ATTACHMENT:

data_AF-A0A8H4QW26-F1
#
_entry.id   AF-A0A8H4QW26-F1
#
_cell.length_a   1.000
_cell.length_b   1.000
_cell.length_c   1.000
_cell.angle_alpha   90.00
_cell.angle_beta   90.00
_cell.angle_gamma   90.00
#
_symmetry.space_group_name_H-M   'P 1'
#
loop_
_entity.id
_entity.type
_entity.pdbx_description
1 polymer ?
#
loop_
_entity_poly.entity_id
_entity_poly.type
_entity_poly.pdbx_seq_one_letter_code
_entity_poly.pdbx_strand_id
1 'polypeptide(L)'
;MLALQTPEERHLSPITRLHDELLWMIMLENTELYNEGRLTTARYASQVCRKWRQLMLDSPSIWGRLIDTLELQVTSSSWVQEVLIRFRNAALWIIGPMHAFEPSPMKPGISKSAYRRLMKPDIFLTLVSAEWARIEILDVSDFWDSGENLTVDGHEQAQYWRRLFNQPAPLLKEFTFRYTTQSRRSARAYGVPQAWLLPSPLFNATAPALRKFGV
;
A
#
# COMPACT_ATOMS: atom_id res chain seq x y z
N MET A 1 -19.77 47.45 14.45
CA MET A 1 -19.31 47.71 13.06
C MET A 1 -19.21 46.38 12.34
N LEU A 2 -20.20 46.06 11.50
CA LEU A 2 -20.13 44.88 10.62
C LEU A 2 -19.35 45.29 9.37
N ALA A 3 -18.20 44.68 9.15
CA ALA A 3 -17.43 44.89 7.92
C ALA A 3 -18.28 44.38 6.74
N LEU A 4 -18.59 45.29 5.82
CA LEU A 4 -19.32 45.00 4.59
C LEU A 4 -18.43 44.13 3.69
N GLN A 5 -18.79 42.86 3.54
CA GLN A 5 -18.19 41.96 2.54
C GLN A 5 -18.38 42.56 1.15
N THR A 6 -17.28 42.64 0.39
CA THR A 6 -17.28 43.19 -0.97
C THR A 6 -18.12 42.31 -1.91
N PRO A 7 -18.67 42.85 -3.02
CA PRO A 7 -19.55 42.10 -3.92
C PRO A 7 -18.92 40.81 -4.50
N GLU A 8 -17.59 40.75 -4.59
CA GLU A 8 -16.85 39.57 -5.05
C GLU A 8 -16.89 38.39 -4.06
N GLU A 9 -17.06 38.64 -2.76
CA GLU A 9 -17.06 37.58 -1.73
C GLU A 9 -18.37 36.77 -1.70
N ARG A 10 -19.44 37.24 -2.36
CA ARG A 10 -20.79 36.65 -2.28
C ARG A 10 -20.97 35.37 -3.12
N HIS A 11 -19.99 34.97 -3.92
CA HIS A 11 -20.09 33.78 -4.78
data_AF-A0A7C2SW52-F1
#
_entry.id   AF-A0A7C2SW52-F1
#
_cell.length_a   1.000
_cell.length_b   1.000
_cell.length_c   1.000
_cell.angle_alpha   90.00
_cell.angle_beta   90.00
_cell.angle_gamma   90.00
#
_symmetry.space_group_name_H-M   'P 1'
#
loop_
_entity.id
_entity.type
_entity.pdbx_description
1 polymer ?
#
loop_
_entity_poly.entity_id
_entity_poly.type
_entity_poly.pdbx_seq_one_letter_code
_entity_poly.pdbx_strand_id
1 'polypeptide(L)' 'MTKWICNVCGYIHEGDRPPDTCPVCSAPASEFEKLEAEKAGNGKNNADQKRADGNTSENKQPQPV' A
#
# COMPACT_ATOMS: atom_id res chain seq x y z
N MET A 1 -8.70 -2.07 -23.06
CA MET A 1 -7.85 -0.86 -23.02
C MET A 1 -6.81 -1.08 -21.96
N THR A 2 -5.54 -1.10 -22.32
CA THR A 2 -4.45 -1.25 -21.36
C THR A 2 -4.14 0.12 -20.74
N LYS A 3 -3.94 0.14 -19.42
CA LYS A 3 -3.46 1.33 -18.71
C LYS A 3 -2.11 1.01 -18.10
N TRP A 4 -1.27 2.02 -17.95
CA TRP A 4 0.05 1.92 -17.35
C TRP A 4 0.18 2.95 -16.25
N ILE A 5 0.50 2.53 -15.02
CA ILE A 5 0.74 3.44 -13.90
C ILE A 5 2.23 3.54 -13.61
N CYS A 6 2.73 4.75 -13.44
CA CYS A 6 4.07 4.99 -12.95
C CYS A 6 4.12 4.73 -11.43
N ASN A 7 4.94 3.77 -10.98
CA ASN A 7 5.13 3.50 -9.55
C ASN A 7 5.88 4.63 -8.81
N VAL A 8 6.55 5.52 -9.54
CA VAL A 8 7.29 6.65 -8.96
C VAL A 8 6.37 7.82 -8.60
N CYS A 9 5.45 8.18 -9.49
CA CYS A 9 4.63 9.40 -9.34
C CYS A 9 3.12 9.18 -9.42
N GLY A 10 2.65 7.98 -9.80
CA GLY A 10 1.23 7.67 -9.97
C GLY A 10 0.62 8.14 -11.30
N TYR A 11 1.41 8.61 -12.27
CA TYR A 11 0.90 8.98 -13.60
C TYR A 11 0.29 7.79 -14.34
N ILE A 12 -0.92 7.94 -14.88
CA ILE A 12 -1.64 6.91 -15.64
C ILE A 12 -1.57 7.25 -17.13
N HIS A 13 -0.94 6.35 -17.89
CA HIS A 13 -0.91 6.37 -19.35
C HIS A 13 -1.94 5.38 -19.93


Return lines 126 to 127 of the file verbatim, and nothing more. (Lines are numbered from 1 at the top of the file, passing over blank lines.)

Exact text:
N HIS A 13 -0.94 6.35 -17.89
CA HIS A 13 -0.91 6.37 -19.35